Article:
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Although no naming system is enforced by esyN, it is highly recommended that you use a consistent system when making a network. This will help avoid errors in your own projects, and will make any projects you make public much easier for others to use. We advise users to stick to the gene name (e.g. SOD1) as given by Ensembl. This will be a symbol appropriate the the organism. You can search ensembl for the name of the currently selected node by clicking "Search Ensembl" in the tool panel on the right hand side of the page.
Add all the missing edges between the nodes in your network!
If you have built your network using a database you can add interactions from another database (e.g. H. sapiens (Biogrid) and H. sapiens (DrugBank).
If you have added nodes in your network  you can make sure all interactions between the new nodes and the rest of the network have been added.
A coarse (or parent) place is different from a normal place in that it contains other places (its children) rather than tokens. It is a placeholder representing the idea that the edges connected to it actually apply to a number of other places (the places it contains). Coarse places can be considered as "classes" of place nodes, which represent a general category of place rather than a specific entity (and therefore they don't require tokens). For example, the coarse place "cities" may contain "Paris" and "London", or the coarse place "Kinase" would contain "Protein kinase A", "Protein kinase B". Any edges that apply the the coarse place will be inherited by the places it contains.
Coarse places are represented by orange nodes.
Discover which nodes are the most central in your network. By default we are treating the network as made of indirected edges and we are calculating the betweenness centrality for each node, which is equal to the total number of shortest paths that pass though that node.
You can change these settings by selecting the "Advanced Options", where it is possible to choose to treat the network as made of Directed, Undirected or Mixed edges and calculate the Degree, the Closeness, the Betweenness, the Eccentricity, the Radiality, the Stress or the Centroid Value Centrality.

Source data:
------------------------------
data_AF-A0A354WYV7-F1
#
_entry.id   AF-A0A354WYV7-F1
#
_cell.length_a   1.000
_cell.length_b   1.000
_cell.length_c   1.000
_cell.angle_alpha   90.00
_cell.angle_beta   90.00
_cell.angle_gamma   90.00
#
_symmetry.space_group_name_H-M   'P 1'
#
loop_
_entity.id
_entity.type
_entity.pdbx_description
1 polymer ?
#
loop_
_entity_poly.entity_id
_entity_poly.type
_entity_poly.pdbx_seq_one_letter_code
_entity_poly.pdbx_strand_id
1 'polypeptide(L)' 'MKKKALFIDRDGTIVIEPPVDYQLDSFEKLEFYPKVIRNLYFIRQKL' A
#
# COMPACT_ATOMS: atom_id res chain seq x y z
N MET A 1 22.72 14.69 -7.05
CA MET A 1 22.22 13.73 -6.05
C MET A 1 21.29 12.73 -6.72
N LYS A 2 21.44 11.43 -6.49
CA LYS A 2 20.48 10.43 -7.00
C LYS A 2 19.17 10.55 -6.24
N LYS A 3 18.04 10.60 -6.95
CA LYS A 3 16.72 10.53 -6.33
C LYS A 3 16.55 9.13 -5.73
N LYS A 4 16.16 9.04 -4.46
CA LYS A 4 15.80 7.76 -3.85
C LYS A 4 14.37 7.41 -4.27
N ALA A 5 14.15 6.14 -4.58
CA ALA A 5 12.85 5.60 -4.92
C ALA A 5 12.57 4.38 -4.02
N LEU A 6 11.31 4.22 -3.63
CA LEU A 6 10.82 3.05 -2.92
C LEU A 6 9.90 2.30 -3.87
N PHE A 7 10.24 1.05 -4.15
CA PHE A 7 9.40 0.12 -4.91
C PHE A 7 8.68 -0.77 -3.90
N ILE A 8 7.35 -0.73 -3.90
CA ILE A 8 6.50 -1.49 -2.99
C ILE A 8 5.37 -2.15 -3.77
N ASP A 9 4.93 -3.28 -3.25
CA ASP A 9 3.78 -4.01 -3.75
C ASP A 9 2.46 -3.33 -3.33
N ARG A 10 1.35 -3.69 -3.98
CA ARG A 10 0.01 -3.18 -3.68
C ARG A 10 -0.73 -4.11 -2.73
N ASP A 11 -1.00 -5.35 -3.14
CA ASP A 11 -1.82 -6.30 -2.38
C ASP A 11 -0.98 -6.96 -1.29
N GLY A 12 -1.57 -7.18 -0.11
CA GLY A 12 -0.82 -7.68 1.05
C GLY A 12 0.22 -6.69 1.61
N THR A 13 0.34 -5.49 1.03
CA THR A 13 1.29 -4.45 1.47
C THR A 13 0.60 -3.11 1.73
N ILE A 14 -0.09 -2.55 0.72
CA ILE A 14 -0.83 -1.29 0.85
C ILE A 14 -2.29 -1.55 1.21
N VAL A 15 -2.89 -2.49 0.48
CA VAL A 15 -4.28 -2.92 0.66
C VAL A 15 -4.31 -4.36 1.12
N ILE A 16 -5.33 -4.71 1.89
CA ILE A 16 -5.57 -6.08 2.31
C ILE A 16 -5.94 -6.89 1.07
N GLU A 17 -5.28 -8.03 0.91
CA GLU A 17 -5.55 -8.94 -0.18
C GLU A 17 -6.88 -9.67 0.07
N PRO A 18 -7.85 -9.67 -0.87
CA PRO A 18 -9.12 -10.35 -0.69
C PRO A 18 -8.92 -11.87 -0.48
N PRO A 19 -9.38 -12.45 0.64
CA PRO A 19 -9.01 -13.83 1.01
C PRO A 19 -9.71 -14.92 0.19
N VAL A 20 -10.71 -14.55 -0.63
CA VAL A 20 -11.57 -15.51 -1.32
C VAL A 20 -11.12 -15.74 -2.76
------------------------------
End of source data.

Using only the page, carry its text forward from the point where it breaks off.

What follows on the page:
The Degree is the conceptually simplest centrality measure. It measures the number of edges attached to a node. If the network has directed adges then the degree can be separated into indegree (incoming edges) and outdegree (outgoing edges).
The Closeness centrality counts how far is each node from all the orthers. The distance between any two nodes is set to be 1. The value of the closeness for one selected node v is the reciprocal of the sum of all shortest distances connecting this node with all other nodes in the network. A node with a high value compared to the average closeness has the shorter distances to other network components then most of the other nodes and is therefore considered to be closer to the other network components.
The betweenness of a node v is obtained by counting the number of all shortest paths, connecting any pair of nodes within the network, which are going through that particular node v. The value is divided by the number of all shortest paths connecting two nodes. A node with a high betweenness compared to the average has an increased number of shortest paths going through, and therefore even if it does not have a high degree or a high closeness its a key node in the network.